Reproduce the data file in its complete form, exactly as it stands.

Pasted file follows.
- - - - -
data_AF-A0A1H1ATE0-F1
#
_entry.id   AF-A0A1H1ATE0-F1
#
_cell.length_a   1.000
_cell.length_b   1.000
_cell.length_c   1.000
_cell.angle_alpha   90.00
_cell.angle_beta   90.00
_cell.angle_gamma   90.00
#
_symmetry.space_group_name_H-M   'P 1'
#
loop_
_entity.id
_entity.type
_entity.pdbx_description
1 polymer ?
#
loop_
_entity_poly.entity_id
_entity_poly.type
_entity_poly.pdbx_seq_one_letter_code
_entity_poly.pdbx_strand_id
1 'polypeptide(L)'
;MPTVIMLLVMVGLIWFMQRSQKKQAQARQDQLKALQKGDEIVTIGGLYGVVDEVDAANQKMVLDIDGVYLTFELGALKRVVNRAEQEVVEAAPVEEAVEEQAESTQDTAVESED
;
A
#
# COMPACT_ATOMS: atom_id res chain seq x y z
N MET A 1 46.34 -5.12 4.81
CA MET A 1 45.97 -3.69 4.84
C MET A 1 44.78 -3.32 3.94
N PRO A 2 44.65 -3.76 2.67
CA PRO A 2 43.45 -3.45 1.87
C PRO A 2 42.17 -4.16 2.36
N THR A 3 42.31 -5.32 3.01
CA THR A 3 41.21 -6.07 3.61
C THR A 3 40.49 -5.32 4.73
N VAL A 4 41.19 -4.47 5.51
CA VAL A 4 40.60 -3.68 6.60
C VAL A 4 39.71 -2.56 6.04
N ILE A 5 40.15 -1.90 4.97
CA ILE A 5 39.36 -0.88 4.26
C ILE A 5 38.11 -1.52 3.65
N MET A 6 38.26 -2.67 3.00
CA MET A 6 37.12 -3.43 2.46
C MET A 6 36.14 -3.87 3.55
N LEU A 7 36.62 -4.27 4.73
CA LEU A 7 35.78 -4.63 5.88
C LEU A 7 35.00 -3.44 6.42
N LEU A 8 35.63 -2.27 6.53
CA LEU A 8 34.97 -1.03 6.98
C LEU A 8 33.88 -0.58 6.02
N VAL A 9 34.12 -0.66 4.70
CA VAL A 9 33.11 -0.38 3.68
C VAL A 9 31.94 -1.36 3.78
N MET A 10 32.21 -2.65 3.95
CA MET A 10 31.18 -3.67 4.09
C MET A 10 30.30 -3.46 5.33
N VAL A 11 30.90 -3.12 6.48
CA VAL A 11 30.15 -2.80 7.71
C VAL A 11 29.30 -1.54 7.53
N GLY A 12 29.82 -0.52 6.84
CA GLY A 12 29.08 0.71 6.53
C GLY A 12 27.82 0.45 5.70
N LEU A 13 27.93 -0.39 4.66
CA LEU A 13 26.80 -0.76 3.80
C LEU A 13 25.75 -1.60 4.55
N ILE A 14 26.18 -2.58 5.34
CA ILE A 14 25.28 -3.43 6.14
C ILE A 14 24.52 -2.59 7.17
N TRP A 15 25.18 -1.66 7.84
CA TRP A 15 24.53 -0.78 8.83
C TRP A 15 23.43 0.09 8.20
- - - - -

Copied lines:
data_AF-A0A1H1ATE0-F1
#
_entry.id   AF-A0A1H1ATE0-F1
#
_cell.length_a   1.000
_cell.length_b   1.000
_cell.length_c   1.000
_cell.angle_alpha   90.00
_cell.angle_beta   90.00
_cell.angle_gamma   90.00
#
_symmetry.space_group_name_H-M   'P 1'
#
loop_
_entity.id
_entity.type
_entity.pdbx_description
1 polymer ?
#
loop_
_entity_poly.entity_id
_entity_poly.type
_entity_poly.pdbx_seq_one_letter_code
_entity_poly.pdbx_strand_id
1 'polypeptide(L)'
;MPTVIMLLVMVGLIWFMQRSQKKQAQARQDQLKALQKGDEIVTIGGLYGVVDEVDAANQKMVLDIDGVYLTFELGALKRVVNRAEQEVVEAAPVEEAVEEQAESTQDTAVESED
;
A
#
# COMPACT_ATOMS: atom_id res chain seq x y z
N MET A 1 46.34 -5.12 4.81
CA MET A 1 45.97 -3.69 4.84
C MET A 1 44.78 -3.32 3.94
N PRO A 2 44.65 -3.76 2.67
CA PRO A 2 43.45 -3.45 1.87
C PRO A 2 42.17 -4.16 2.36
N THR A 3 42.31 -5.32 3.01
CA THR A 3 41.21 -6.07 3.61
C THR A 3 40.49 -5.32 4.73
N VAL A 4 41.19 -4.47 5.51
CA VAL A 4 40.60 -3.68 6.60
C VAL A 4 39.71 -2.56 6.04
N ILE A 5 40.15 -1.90 4.97
CA ILE A 5 39.36 -0.88 4.26
C ILE A 5 38.11 -1.52 3.65
N MET A 6 38.26 -2.67 3.00
CA MET A 6 37.12 -3.43 2.46
C MET A 6 36.14 -3.87 3.55
N LEU A 7 36.62 -4.27 4.73
CA LEU A 7 35.78 -4.63 5.88
C LEU A 7 35.00 -3.44 6.42
N LEU A 8 35.63 -2.27 6.53
CA LEU A 8 34.97 -1.03 6.98
C LEU A 8 33.88 -0.58 6.02
N VAL A 9 34.12 -0.66 4.70
CA VAL A 9 33.11 -0.38 3.68
C VAL A 9 31.94 -1.36 3.78
N MET A 10 32.21 -2.65 3.95
CA MET A 10 31.18 -3.67 4.09
C MET A 10 30.30 -3.46 5.33
N VAL A 11 30.90 -3.12 6.48
CA VAL A 11 30.15 -2.80 7.71
C VAL A 11 29.30 -1.54 7.53
N GLY A 12 29.82 -0.52 6.84
CA GLY A 12 29.08 0.71 6.53
C GLY A 12 27.82 0.45 5.70
N LEU A 13 27.93 -0.39 4.66
CA LEU A 13 26.80 -0.76 3.80
C LEU A 13 25.75 -1.60 4.55
N ILE A 14 26.18 -2.58 5.34
CA ILE A 14 25.28 -3.43 6.14
C ILE A 14 24.52 -2.59 7.17
N TRP A 15 25.18 -1.66 7.84
CA TRP A 15 24.53 -0.78 8.83
C TRP A 15 23.43 0.09 8.20